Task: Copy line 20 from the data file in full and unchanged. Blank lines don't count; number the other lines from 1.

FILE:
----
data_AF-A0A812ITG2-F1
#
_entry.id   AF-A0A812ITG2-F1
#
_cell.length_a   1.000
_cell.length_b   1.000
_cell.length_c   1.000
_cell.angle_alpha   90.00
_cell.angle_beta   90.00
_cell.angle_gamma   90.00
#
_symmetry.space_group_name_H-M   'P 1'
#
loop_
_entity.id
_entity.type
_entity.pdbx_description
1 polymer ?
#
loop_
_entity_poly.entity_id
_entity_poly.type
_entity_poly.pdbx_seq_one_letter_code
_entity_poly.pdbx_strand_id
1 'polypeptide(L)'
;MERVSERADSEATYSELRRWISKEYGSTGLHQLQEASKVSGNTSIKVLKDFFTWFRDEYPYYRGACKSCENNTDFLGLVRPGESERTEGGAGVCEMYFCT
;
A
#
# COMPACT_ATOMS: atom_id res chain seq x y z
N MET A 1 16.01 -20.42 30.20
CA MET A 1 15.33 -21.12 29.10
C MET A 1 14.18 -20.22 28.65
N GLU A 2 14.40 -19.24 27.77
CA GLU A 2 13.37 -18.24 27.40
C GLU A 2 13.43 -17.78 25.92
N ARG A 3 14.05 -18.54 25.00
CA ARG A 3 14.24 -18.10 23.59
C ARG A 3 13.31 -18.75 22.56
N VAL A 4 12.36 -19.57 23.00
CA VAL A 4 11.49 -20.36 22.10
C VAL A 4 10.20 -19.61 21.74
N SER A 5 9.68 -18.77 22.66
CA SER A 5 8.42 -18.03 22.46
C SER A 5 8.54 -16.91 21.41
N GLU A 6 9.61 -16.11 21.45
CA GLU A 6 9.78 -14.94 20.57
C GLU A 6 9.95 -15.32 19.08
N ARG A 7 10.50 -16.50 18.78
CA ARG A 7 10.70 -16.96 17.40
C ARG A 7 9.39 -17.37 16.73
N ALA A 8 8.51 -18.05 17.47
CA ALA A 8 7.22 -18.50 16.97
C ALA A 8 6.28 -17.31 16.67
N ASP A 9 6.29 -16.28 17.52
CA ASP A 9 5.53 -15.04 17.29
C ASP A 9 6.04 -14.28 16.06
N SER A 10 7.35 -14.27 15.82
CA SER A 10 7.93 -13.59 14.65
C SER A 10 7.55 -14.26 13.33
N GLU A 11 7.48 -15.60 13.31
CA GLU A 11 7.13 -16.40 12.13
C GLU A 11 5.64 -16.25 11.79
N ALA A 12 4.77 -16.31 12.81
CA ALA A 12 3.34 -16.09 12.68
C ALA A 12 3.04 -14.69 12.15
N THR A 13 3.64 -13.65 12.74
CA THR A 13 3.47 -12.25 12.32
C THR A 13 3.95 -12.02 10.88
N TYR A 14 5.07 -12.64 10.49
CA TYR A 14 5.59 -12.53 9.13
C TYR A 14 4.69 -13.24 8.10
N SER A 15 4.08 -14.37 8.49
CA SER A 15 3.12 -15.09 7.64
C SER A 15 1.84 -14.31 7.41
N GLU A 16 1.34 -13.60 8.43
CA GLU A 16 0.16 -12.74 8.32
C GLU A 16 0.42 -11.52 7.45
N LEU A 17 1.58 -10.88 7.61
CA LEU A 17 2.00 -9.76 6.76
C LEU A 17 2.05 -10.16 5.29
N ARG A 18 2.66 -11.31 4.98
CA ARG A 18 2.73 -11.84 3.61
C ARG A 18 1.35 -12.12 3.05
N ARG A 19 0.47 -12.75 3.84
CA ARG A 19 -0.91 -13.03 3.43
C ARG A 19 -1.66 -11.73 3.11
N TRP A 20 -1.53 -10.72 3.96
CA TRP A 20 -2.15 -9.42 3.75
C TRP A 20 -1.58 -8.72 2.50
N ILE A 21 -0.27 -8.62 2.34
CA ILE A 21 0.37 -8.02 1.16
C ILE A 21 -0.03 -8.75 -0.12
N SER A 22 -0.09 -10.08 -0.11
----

loop_